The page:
Every able-bodied South Korean male between 18 and 35 must serve for 21 to 36 months in the country’s armed forces, depending upon the specific branch. For many, service is a rite of passage to manhood. But there are growing concerns that bullying and violence come along with the tradition. Reporter Jason Strother has more from Seoul.
Video

Video North Carolina Emerges as Key Election Battleground

U.S. congressional midterm elections will be held on November 4th and most political analysts give Republicans an excellent chance to win a majority in the U.S. Senate, which Democrats now control. So what are the issues driving voters in this congressional election year? VOA National Correspondent Jim Malone traveled to North Carolina, one of the most politically competitive states in the country, to find out.
Video

Video Comanche People Maintain Pride in Their Heritage

The Comanche (Indian nation) once were called the “Lords of the Plains,” with an empire that included half the land area of current day Texas, large parts of Oklahoma, New Mexico, Kansas and Colorado.The fierceness and battle prowess of these warriors on horseback delayed the settlement of most of West Texas for four decades. VOA’s Greg Flakus reports from Lawton, Oklahoma, that while their warrior days are over, the 15,000 members of the Comanche Nation remain a proud people.
Video

Video Turkey Campus Attacks Raise Islamic Radicalization Fears

Concerns are growing in Turkey of Islamic radicalization at some universities, after clashes between supporters of the jihadist group Islamic State (IS) or ISIS, and those opposed to the extremists. Pro-jihadist literature is on sale openly on the streets of Istanbul. Critics accuse the government of turning a blind eye to radicalism at home, while Kurds accuse the president of supporting IS - a charge strongly denied. Henry Ridgwell reports from London.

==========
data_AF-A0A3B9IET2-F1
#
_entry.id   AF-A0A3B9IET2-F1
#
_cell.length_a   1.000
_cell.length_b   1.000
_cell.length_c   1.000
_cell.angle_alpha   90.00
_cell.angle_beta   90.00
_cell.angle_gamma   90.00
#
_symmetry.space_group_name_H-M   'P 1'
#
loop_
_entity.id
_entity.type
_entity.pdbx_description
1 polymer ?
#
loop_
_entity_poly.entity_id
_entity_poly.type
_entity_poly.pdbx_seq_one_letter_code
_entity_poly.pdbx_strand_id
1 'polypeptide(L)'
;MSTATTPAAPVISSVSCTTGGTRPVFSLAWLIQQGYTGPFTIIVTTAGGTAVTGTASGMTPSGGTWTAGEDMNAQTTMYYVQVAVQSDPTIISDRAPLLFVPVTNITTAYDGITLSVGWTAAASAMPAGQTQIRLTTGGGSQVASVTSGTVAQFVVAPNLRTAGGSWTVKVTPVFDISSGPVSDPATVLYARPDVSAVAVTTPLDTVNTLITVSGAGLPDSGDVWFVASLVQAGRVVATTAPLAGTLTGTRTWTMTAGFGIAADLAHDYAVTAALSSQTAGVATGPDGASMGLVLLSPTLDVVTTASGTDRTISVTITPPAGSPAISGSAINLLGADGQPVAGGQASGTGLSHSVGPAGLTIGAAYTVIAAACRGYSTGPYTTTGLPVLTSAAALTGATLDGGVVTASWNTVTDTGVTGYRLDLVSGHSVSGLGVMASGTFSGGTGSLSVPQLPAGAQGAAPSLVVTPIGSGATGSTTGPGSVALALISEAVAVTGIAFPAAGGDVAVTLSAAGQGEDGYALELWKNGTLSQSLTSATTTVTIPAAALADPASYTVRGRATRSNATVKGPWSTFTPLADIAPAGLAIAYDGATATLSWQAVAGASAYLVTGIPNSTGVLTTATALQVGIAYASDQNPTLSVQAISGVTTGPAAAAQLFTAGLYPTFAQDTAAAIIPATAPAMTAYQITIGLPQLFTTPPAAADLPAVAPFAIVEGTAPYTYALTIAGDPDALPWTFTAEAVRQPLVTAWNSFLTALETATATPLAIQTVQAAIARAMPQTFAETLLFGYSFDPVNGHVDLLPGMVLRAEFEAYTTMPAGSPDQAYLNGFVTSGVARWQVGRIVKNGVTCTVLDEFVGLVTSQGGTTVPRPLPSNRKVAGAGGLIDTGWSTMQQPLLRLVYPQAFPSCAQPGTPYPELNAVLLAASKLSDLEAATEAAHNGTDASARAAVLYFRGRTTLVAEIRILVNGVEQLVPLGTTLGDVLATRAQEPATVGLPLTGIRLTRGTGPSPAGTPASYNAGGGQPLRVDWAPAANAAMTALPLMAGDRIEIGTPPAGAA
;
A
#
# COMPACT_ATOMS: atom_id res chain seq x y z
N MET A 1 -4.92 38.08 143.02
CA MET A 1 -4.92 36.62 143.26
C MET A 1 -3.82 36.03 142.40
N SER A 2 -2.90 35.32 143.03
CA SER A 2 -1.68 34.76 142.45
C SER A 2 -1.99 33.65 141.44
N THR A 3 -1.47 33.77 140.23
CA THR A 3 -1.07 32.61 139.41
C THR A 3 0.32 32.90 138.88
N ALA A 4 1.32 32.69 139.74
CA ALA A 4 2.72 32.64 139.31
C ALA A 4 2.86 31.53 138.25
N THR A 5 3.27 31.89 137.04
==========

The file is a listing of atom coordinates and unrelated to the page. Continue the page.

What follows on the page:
All About America

AppleAndroid

More Americas News

Canadian Shooter's Mother ‘Mad’ at Son

Susan Bibeau told the Associated Press that part of her "wants to hate" estranged son Michael, who killed a soldier in Ottawa
More

Canadian Couple Accused of Spying in China Held in Near Isolation

Treatment of the couple, who are being held without charge at a remote facility in the border city of Dandong, has seriously strained China's ties with Canada
More

Mexico Governor Resigns After Student Disappearances

Students from a rural teachers training college went missing after a confrontation with police in the town of Iguala on September 26
More

World's Highest Ice Age Settlements Discovered

The settlements, 4.5 km above sea level in the southern Peruvian Andes, were inhabited at least 12,000 years ago
More

Haiti Cholera Victims Seek Damages from UN in US Court

Plaintiffs blame a contingent of Nepalese peacekeepers for bringing disease to their nation after 2010 earthquake
More

Video Canada Capital Tense as Parliament Reopens

PM Harper says Wednesday's shooting, along with another incident this week that led to a soldier's death, are grim reminders that Canada is not immune to terrorism
More